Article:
‘Get them in one room’
Despite the current morass of planning and building transmission lines in the U.S., “there are also many ways to overcome these barriers,” Brown at NREL told CNBC.
“Existing rights-of-way can be reused; new federal guidelines could encourage proactive interregional planning and coordination and help identify the highest-priority expansion options; and public engagement and community ownership can help get local stakeholders onboard.”
Regulators ought to be forced to work together, according to Konstantin Staschus, who has been working with transmission for his entire career, both in the U.S. and in Europe.
When the Midcontinent Independent System Operator, one of seven regional planning agencies in the United States, plans transmission line construction plans, it starts with a massive meeting. At the kickoff for its next round of transmission planning, MISO had a three hour planning meeting with 377 people in the meeting.
In the same way all of those stakeholders are pushed together to hash out their differences, so too should that happen for larger scale planning, according to Staschus, who was the Secretary-General of Europe’s transmission planning body, the European Network of Transmission System Operators for Electricity, for the first eight years of the regulatory body’s existence, from 2009 to early 2017.
“Get them in one room. Make them plan nationally. Make them redo it every year,” Staschus told CNBC.
“If they do that and if they’re experts — scratch their heads for months, figure out all the data and argue about the assumptions and the cost allocation, and they come with a proposal to their own management and convince them and then the management goes together to the various regulators and convinced them,” then the U.S. will be on a better path, Staschus told CNBC.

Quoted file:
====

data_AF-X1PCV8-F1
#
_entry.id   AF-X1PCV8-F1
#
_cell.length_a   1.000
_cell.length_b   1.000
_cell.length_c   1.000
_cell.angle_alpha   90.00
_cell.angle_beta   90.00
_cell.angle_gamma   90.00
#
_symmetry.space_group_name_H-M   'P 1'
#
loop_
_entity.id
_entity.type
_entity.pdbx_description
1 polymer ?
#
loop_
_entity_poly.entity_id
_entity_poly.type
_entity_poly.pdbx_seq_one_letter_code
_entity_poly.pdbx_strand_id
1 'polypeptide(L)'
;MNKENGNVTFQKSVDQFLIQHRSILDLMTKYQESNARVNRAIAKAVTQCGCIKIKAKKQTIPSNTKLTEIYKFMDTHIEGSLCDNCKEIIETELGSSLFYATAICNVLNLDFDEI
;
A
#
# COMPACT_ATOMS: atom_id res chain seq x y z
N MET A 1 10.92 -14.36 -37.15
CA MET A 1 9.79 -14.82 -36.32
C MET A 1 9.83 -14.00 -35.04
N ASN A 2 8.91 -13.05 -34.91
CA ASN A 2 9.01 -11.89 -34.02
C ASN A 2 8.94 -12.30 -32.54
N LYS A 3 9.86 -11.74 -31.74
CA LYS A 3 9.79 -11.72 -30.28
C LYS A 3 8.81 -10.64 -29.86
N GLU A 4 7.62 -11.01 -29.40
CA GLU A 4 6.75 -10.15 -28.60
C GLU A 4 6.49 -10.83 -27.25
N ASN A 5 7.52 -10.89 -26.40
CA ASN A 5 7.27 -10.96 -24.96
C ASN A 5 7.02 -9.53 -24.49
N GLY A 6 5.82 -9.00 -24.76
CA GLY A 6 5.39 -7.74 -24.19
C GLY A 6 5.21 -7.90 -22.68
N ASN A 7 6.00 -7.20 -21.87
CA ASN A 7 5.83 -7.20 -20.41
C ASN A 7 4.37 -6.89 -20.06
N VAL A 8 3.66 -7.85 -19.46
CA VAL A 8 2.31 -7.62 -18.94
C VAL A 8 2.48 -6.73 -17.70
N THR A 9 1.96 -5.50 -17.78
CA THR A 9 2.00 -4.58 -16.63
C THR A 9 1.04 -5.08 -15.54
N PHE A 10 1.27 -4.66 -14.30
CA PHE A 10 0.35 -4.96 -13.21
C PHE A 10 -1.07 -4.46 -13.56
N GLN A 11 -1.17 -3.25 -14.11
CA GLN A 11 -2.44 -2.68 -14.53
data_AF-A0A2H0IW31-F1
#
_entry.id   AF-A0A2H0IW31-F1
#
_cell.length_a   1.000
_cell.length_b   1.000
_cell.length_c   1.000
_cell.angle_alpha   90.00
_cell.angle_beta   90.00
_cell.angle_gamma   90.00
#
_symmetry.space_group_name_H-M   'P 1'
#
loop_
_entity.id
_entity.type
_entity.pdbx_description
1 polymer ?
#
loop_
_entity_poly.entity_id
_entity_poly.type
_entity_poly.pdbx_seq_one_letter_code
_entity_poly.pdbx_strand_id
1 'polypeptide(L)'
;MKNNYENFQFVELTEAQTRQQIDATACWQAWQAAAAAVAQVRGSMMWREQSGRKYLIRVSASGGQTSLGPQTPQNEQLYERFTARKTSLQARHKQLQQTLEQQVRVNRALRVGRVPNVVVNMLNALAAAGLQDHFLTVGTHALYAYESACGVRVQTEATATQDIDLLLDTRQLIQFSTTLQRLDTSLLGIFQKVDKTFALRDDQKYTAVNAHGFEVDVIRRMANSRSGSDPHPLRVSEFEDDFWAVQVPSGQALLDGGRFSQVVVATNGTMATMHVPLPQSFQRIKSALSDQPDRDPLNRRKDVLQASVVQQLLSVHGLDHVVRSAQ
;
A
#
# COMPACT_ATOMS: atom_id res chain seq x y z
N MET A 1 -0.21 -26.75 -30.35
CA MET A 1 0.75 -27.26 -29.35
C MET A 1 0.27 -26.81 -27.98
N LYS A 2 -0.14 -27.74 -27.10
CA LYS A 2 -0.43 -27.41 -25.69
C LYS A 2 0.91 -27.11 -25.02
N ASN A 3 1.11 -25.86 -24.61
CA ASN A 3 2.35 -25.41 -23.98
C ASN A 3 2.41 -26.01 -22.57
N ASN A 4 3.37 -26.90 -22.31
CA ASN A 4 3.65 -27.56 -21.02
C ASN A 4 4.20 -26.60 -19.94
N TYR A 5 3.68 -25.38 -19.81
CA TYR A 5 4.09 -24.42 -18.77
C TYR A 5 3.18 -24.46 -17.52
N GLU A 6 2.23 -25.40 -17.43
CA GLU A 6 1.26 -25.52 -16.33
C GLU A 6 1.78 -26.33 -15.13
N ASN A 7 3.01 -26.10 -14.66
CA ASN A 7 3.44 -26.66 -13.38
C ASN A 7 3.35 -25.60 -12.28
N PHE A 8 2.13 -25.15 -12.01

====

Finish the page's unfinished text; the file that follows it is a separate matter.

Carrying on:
“But if you don’t treat it like a countrywide system, you won’t start this process.”
For Aubrey Johnson, a vice president of system planning at MISO, though, these kinds of idealistic discussions of building a national system come from people who don’t truly understand the challenge of getting a transmission line built even on a regional basis. For instance, the lines might run through entire states that don’t pull energy from that system.
“Those things are going to be far more complicated than what people are aware,” Johnson said. The challenge is not designing a transmission line, Johnson says, the challenge is determining who benefits how much and how much they have to pay.
What Johnson sees as more likely is stronger connections at the seams from one planning region to another. “I think of it kind of like a bucket brigade,” Johnson said, where one region can more seamlessly share power with its next door neighbor.
Jesse Jenkins, who is Princeton professor and a macro-scale energy systems engineer, says that while national-level grids are attractive, these interregional grids are essential.
“I don’t think we necessarily need a continent-scale macro grid, although there are plenty of studies showing the benefits of a such a ‘interstate highways’ system for transmission, so it would be nice to have,” Jenkins said. “What we absolutely need is a substantial increase in key inter-regional long-distance transmission routes. So it’s not all local lines (e.g. within single states). We need a lot of new or expanded/reconductored multi-state corridors as well.”
If the US can’t get national lines built, then interregional lines are better than nothing, agrees McCalley. But emissions reductions will remain more expensive than if we built a national grid.
“If we rely on what we have done in the past, it would be really hard because every state weighs in, and every state gets veto power, essentially. And so that won’t work,” McCalley said.